Another special machine tool used in B-2 parts production is a high-speed milling machine from Matsuura of Japan. Controlled by computer, the machine's spindle rotates at 75,000 rpm during cutting. This is about three times faster than usual spindle rotation rates for high-speed milling or routing of aircraft structural parts.

The Matsuura machine allows Northrop to mill B-2 parts 20 times faster than previously, and to tighter tolerances. Developed in conjunction with Hughes Aircraft Co, this mill design will soon be released for general use.

Another special machine tool, developed by Northrop Corp itself, cuts composite materials into required shapes three times faster-and much more accurately than has been possible with other composite cutters. The machine uses ultrasonic energy to cut at rates to 1200 ipm, with accuracies of +/-0.01011. This compares favorably with the 400-ipm, +/-0.03211 performance of conventional cutters, Northrop says.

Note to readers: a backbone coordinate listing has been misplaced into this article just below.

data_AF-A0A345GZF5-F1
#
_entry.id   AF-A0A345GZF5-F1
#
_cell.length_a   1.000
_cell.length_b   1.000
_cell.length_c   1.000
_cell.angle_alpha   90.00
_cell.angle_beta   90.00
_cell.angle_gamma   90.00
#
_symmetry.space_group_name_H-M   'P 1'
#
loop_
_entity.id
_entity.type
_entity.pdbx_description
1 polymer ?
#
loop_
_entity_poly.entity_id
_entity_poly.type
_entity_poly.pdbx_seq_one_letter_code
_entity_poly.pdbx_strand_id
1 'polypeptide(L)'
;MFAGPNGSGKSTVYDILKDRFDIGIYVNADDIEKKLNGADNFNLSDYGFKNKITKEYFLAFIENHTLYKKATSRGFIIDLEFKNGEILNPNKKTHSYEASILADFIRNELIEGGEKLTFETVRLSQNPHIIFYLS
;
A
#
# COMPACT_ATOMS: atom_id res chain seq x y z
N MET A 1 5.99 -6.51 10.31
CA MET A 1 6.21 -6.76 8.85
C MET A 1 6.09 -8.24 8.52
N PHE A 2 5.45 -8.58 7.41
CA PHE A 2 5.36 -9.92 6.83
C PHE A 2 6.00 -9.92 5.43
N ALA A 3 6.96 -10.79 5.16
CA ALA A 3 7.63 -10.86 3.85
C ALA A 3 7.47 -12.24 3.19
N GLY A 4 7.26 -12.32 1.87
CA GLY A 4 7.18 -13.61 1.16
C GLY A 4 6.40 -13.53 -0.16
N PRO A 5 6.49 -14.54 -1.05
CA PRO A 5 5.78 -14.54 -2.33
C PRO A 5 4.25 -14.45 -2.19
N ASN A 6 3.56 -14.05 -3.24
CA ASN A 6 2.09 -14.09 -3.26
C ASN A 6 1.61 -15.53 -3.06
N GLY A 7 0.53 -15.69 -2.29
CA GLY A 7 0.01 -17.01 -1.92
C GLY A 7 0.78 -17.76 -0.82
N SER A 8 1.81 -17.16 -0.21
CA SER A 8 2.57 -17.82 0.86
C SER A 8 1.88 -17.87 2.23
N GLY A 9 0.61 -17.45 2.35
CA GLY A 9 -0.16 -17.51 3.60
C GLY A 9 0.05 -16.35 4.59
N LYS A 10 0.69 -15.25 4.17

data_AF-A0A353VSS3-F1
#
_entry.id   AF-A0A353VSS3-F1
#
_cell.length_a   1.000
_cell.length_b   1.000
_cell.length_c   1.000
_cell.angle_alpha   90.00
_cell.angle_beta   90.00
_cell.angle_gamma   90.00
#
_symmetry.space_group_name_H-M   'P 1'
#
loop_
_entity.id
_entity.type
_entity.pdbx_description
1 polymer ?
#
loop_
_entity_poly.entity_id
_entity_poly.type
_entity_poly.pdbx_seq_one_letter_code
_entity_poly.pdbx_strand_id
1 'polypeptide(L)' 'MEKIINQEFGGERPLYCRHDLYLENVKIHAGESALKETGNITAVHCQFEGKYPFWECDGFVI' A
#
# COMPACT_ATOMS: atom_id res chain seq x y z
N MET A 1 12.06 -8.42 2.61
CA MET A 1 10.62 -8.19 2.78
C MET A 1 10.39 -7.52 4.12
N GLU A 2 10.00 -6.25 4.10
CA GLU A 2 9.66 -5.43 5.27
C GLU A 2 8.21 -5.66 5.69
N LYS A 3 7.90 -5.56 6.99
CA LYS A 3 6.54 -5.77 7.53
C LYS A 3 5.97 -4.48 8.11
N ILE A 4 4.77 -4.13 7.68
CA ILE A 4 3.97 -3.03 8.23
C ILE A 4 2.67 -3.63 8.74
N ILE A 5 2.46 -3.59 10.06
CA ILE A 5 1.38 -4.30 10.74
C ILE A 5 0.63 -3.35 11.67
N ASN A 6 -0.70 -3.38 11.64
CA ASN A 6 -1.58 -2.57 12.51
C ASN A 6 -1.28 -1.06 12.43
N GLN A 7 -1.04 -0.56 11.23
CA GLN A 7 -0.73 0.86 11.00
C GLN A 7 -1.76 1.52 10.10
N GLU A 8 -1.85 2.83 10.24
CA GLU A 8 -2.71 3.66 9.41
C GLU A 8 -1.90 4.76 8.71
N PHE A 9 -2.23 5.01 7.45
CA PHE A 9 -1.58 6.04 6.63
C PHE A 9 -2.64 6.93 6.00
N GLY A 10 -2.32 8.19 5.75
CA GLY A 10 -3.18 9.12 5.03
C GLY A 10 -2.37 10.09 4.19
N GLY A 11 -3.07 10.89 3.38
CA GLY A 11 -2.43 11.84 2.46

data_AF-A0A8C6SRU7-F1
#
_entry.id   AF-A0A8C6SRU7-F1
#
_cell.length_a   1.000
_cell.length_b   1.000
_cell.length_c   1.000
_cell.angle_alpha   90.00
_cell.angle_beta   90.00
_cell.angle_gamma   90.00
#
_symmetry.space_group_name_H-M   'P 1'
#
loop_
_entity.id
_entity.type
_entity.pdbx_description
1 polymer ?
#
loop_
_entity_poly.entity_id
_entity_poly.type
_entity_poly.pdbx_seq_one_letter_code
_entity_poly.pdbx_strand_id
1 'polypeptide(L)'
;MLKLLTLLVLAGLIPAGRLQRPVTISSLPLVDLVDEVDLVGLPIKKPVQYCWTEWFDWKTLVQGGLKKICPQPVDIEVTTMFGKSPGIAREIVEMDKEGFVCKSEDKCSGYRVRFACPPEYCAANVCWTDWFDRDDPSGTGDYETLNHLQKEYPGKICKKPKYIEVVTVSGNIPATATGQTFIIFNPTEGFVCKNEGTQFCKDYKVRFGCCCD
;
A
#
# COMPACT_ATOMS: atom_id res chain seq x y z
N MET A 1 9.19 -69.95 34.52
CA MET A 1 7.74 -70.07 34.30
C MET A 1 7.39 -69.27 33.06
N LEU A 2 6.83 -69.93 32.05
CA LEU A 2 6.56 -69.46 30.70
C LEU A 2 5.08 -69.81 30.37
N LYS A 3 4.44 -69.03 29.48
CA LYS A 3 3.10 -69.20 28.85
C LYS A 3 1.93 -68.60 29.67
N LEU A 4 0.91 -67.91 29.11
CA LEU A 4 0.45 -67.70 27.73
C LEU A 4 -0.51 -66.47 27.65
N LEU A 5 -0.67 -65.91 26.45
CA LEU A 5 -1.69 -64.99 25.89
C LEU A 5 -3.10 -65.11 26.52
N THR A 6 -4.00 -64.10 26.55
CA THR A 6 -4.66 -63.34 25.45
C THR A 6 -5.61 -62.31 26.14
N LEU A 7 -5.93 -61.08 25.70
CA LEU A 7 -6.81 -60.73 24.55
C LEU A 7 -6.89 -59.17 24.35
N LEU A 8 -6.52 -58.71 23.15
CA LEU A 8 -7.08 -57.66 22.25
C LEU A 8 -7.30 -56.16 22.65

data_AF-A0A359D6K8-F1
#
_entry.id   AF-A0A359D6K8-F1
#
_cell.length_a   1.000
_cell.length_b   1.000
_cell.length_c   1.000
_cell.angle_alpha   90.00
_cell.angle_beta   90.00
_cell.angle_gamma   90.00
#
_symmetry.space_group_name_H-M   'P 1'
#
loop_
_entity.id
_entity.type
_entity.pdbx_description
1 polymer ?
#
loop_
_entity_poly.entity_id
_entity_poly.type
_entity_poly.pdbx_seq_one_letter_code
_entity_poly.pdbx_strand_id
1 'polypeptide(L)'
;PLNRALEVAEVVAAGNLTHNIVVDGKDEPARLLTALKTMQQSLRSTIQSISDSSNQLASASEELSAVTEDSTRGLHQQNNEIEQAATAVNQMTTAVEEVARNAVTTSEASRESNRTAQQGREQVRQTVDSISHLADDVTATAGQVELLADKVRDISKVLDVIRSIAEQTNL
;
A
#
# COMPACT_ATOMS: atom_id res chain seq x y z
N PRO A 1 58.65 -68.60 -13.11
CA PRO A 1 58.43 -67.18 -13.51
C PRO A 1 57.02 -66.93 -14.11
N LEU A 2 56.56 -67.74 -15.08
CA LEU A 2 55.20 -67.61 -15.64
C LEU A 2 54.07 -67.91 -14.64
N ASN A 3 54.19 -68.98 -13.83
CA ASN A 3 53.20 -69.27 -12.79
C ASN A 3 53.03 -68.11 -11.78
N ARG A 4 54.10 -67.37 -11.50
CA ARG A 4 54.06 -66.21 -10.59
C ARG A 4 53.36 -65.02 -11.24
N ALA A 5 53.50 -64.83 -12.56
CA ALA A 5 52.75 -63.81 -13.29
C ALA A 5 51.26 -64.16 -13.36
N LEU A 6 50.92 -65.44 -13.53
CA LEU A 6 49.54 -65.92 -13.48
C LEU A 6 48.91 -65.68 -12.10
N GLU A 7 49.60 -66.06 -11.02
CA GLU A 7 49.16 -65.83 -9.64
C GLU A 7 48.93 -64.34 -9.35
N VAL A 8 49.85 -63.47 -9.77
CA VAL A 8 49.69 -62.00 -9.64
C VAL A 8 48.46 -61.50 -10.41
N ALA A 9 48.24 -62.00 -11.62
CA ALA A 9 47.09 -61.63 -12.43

Yet another type of special machine, developed for the B-2 program, automates application and forming of composite tape to contoured tools. (The process is called tape layup.) These are used in fabrication of structural rib stiffeners, known in the industry as stringers. In this operation, hand labor has been reduced by 69 percent.

Machines and software for tape application were developed by Cincinnati Milacron, Cincinnati, OH, and Ingersoll Milling Machine Co, Rockford, IL. Both companies now market their tape-layup systems commercially.